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ORIGINAL ARTICLE
Year : 2022  |  Volume : 22  |  Issue : 4  |  Page : 206-212

Ultrasound-guided estimation of internal jugular vein collapsibility index in patients with shock in emergency department


1 Department of Emergency Medicine, All India Institute of Medical Sciences, Rishikesh, Uttarakhand, India
2 Department of Radiology, All India Institute of Medical Sciences, Rishikesh, Uttarakhand, India

Correspondence Address:
Nidhi Kaeley
Department of Emergency Medicine, All India Institute of Medical Sciences, Rishikesh - 249 203, Uttarakhand
India
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Source of Support: None, Conflict of Interest: None


DOI: 10.4103/2452-2473.357352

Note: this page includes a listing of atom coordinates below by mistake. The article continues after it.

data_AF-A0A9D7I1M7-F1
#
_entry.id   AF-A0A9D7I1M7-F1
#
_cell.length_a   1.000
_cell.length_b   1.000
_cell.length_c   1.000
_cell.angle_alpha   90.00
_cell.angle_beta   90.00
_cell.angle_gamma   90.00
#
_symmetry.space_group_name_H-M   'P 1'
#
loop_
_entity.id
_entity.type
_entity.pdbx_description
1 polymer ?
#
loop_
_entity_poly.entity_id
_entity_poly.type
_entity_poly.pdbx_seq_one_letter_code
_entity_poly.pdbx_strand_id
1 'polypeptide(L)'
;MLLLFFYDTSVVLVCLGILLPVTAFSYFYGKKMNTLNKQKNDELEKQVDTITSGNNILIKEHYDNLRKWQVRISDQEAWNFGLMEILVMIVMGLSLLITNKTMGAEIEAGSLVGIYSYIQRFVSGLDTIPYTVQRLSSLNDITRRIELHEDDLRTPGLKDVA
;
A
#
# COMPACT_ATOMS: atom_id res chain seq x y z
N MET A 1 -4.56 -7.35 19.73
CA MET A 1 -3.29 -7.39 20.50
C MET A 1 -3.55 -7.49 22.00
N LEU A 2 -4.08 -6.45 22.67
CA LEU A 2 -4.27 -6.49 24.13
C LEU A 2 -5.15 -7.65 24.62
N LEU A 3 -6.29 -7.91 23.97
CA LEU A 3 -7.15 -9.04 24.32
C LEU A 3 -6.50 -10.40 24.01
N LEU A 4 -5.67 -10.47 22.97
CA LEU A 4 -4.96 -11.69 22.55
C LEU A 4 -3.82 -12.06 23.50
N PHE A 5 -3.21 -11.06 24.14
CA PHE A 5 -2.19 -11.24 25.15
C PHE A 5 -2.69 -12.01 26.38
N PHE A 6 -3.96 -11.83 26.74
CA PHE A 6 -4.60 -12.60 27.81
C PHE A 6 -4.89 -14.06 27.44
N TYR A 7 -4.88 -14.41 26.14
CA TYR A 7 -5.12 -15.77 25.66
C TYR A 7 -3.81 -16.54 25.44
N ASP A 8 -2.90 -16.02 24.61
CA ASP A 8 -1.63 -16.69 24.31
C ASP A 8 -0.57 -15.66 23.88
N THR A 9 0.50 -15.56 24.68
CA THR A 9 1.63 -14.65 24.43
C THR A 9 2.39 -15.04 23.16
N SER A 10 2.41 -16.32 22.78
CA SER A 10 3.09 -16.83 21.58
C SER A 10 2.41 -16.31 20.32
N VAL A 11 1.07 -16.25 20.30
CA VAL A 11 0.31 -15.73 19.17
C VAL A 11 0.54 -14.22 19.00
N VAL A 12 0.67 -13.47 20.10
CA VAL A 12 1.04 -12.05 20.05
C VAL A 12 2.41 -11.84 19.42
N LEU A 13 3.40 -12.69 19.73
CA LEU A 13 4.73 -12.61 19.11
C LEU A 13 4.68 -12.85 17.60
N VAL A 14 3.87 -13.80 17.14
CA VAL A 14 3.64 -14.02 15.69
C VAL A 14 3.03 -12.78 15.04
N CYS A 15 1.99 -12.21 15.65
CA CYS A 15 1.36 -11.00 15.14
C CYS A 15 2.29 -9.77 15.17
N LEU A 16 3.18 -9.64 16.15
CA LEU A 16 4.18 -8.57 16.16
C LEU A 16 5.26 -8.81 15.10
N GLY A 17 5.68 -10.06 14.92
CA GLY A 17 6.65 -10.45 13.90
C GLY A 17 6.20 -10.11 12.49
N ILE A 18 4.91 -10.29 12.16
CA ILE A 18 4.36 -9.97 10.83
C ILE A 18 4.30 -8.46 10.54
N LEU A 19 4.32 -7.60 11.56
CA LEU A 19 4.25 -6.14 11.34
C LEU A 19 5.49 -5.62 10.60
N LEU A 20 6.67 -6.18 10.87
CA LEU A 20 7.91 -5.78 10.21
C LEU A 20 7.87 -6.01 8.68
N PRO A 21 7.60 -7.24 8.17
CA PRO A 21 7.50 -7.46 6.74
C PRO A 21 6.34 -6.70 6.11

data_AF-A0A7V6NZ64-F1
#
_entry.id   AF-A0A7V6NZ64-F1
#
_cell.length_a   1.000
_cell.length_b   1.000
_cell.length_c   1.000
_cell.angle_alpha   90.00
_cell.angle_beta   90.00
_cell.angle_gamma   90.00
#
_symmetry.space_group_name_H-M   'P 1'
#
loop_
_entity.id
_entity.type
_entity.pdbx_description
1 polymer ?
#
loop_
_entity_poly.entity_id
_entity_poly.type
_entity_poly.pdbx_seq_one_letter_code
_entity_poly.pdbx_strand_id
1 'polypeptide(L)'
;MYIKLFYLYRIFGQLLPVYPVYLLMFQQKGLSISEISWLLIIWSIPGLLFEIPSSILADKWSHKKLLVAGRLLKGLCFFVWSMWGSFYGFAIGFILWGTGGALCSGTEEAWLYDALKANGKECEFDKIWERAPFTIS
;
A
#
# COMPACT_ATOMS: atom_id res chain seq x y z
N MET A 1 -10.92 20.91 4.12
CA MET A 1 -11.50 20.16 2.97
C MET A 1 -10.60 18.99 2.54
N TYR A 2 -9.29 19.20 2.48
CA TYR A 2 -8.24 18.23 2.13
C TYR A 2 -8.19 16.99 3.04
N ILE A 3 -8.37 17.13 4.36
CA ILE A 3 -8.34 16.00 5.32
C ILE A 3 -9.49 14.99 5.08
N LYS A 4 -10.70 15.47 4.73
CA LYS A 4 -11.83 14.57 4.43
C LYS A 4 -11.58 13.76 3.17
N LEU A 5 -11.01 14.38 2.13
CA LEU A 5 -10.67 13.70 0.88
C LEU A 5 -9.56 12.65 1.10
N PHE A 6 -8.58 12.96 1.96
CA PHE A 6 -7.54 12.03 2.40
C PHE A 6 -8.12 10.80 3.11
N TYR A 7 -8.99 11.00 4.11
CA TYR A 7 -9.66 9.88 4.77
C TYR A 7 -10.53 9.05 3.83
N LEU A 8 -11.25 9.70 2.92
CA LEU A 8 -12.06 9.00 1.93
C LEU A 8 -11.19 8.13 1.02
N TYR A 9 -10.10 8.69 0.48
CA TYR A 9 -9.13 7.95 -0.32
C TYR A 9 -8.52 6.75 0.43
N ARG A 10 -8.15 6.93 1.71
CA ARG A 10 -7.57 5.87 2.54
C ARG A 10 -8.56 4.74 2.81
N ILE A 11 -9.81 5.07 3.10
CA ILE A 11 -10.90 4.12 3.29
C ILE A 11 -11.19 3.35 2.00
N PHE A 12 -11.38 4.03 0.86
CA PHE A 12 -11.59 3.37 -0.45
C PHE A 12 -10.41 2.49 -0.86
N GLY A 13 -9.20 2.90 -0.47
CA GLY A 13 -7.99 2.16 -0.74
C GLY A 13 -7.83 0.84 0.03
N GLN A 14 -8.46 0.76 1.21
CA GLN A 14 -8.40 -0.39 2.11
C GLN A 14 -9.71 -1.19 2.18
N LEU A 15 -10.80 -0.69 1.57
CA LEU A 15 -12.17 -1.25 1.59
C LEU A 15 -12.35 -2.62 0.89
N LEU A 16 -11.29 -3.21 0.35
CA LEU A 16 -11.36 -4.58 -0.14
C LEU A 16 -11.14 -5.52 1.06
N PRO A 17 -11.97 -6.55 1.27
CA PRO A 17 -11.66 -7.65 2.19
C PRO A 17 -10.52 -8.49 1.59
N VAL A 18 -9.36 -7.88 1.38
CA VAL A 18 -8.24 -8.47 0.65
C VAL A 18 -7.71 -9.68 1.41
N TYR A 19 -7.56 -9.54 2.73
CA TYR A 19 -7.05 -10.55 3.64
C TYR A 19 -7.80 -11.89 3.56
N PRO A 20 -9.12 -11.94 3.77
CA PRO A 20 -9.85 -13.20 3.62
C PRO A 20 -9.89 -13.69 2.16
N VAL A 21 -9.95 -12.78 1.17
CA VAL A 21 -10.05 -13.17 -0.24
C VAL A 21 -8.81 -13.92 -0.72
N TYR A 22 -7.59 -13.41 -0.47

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OBJECTIVE: To correlate ultrasound-guided estimation of Internal Jugular Vein Collapsibility Index (IJV-CI) with inferior vena cava CI (IVC-CI) and invasively monitored central venous pressure (CVP) in patients with shock in the emergency medicine department. METHODS: A prospective observational study was done in the emergency department (ED). The study was conducted over 15 months (November 2019 to April 2021). It included patients more than 18 years presenting to the ED in shock. The IJV and IVC diameter and cross-sectional area were measured using ultrasound. The corresponding collapsibility indexes were then calculated and correlated with the invasively monitored CVP of the patient. Data were then analyzed using the Statistical Package for the Social Science (SPSS): Version 23 for windows. Pearson's correlation was used between CVP and collapsibility indexes. RESULTS: The mean (±standard deviation) age of the patients was 49.01 (±15.6). There was a 47 (64%) male predominance which outnumbered females 26 (36%). The correlation coefficient was statistically significant between CVP and the collapsibility indices for various IJV and IVC parameters. The highest correlation (r = −0.541, P = 0.005) was seen between IVC-CI (CI 5) and CVP. This was followed by a correlation seen at a 30° position for IJV CI (cross-sectional area) with CVP (r = −0.453, P = 0.001). Similarly, the correlation between IJV CI (AP diameter) and CVP, followed (r = −0.412, P = 0.008) was statistically significant. CONCLUSION: Both IJV and IVC collapsibility indices correlated significantly with invasively measured CVP. Hence, they present as an effective tool in fluid resuscitation in patients with shock in ED.


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